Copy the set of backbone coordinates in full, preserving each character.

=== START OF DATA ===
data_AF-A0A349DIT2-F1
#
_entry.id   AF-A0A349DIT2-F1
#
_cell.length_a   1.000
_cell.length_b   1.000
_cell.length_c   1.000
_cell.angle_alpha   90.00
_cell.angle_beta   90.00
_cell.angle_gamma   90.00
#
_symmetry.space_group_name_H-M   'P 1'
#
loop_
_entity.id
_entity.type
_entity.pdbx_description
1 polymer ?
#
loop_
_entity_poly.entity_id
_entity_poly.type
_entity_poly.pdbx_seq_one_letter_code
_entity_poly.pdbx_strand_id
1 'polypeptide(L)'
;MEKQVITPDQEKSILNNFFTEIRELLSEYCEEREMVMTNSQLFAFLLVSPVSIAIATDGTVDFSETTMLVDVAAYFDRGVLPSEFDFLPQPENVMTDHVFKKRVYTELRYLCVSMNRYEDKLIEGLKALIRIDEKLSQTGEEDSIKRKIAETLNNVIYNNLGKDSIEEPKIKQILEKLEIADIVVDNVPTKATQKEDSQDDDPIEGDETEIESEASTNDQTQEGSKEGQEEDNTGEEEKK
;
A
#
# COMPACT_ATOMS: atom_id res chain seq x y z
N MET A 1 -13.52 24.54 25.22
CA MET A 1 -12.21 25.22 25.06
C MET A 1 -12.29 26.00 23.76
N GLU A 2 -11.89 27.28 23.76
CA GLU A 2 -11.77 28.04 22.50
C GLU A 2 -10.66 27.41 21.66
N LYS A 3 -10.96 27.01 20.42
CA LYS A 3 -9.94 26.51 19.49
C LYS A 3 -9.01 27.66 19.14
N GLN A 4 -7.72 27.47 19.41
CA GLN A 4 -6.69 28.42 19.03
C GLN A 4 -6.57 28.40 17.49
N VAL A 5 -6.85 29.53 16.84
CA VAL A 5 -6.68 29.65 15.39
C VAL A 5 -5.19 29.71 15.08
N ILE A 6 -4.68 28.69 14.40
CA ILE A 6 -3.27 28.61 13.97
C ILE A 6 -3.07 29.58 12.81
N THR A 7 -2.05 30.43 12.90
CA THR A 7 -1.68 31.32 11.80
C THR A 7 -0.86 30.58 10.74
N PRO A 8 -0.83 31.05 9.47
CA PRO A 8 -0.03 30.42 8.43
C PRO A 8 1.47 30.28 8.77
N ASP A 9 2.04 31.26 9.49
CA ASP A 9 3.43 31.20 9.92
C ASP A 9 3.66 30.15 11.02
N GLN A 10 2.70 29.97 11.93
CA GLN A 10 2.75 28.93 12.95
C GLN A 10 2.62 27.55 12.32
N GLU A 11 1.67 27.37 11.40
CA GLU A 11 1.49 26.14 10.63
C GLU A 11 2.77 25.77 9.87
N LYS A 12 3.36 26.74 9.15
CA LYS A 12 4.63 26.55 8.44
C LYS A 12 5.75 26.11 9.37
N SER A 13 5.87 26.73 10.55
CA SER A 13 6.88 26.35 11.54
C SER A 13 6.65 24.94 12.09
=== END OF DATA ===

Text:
data_AF-A0A349DIT2-F1
#
_entry.id   AF-A0A349DIT2-F1
#
_cell.length_a   1.000
_cell.length_b   1.000
_cell.length_c   1.000
_cell.angle_alpha   90.00
_cell.angle_beta   90.00
_cell.angle_gamma   90.00
#
_symmetry.space_group_name_H-M   'P 1'
#
loop_
_entity.id
_entity.type
_entity.pdbx_description
1 polymer ?
#
loop_
_entity_poly.entity_id
_entity_poly.type
_entity_poly.pdbx_seq_one_letter_code
_entity_poly.pdbx_strand_id
1 'polypeptide(L)'
;MEKQVITPDQEKSILNNFFTEIRELLSEYCEEREMVMTNSQLFAFLLVSPVSIAIATDGTVDFSETTMLVDVAAYFDRGVLPSEFDFLPQPENVMTDHVFKKRVYTELRYLCVSMNRYEDKLIEGLKALIRIDEKLSQTGEEDSIKRKIAETLNNVIYNNLGKDSIEEPKIKQILEKLEIADIVVDNVPTKATQKEDSQDDDPIEGDETEIESEASTNDQTQEGSKEGQEEDNTGEEEKK
;
A
#
# COMPACT_ATOMS: atom_id res chain seq x y z
N MET A 1 -13.52 24.54 25.22
CA MET A 1 -12.21 25.22 25.06
C MET A 1 -12.29 26.00 23.76
N GLU A 2 -11.89 27.28 23.76
CA GLU A 2 -11.77 28.04 22.50
C GLU A 2 -10.66 27.41 21.66
N LYS A 3 -10.96 27.01 20.42
CA LYS A 3 -9.94 26.51 19.49
C LYS A 3 -9.01 27.66 19.14
N GLN A 4 -7.72 27.47 19.41
CA GLN A 4 -6.69 28.42 19.03
C GLN A 4 -6.57 28.40 17.49
N VAL A 5 -6.85 29.53 16.84
CA VAL A 5 -6.68 29.65 15.39
C VAL A 5 -5.19 29.71 15.08
N ILE A 6 -4.68 28.69 14.40
CA ILE A 6 -3.27 28.61 13.97
C ILE A 6 -3.07 29.58 12.81
N THR A 7 -2.05 30.43 12.90
CA THR A 7 -1.68 31.32 11.80
C THR A 7 -0.86 30.58 10.74
N PRO A 8 -0.83 31.05 9.47
CA PRO A 8 -0.03 30.42 8.43
C PRO A 8 1.47 30.28 8.77
N ASP A 9 2.04 31.26 9.49
CA ASP A 9 3.43 31.20 9.92
C ASP A 9 3.66 30.15 11.02
N GLN A 10 2.70 29.97 11.93
CA GLN A 10 2.75 28.93 12.95
C GLN A 10 2.62 27.55 12.32
N GLU A 11 1.67 27.37 11.40
CA GLU A 11 1.49 26.14 10.63
C GLU A 11 2.77 25.77 9.87
N LYS A 12 3.36 26.74 9.15
CA LYS A 12 4.63 26.55 8.44
C LYS A 12 5.75 26.11 9.37
N SER A 13 5.87 26.73 10.55
CA SER A 13 6.88 26.35 11.54
C SER A 13 6.65 24.94 12.09